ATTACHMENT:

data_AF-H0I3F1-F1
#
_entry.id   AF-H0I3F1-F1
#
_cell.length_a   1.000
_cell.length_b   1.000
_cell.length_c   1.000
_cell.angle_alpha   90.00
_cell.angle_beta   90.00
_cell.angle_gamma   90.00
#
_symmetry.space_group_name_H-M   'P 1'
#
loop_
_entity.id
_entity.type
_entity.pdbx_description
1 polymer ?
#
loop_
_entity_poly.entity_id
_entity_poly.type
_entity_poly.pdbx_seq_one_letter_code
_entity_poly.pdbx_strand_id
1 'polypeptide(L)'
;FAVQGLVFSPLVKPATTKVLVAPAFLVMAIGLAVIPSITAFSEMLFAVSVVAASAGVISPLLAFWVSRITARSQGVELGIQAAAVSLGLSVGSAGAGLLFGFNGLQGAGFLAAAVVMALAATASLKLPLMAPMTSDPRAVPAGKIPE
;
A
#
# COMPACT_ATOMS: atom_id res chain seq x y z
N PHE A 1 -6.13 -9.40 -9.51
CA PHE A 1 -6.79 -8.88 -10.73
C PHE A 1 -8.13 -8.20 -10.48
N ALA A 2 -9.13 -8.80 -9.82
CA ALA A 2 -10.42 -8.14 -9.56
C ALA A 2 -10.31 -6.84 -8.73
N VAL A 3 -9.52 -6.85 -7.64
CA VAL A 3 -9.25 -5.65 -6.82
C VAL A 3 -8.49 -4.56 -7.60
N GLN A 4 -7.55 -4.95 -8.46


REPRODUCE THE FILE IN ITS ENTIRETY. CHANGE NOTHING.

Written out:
data_AF-H0I3F1-F1
#
_entry.id   AF-H0I3F1-F1
#
_cell.length_a   1.000
_cell.length_b   1.000
_cell.length_c   1.000
_cell.angle_alpha   90.00
_cell.angle_beta   90.00
_cell.angle_gamma   90.00
#
_symmetry.space_group_name_H-M   'P 1'
#
loop_
_entity.id
_entity.type
_entity.pdbx_description
1 polymer ?
#
loop_
_entity_poly.entity_id
_entity_poly.type
_entity_poly.pdbx_seq_one_letter_code
_entity_poly.pdbx_strand_id
1 'polypeptide(L)'
;FAVQGLVFSPLVKPATTKVLVAPAFLVMAIGLAVIPSITAFSEMLFAVSVVAASAGVISPLLAFWVSRITARSQGVELGIQAAAVSLGLSVGSAGAGLLFGFNGLQGAGFLAAAVVMALAATASLKLPLMAPMTSDPRAVPAGKIPE
;
A
#
# COMPACT_ATOMS: atom_id res chain seq x y z
N PHE A 1 -6.13 -9.40 -9.51
CA PHE A 1 -6.79 -8.88 -10.73
C PHE A 1 -8.13 -8.20 -10.48
N ALA A 2 -9.13 -8.80 -9.82
CA ALA A 2 -10.42 -8.14 -9.56
C ALA A 2 -10.31 -6.84 -8.73
N VAL A 3 -9.52 -6.85 -7.64
CA VAL A 3 -9.25 -5.65 -6.82
C VAL A 3 -8.49 -4.56 -7.60
N GLN A 4 -7.55 -4.95 -8.46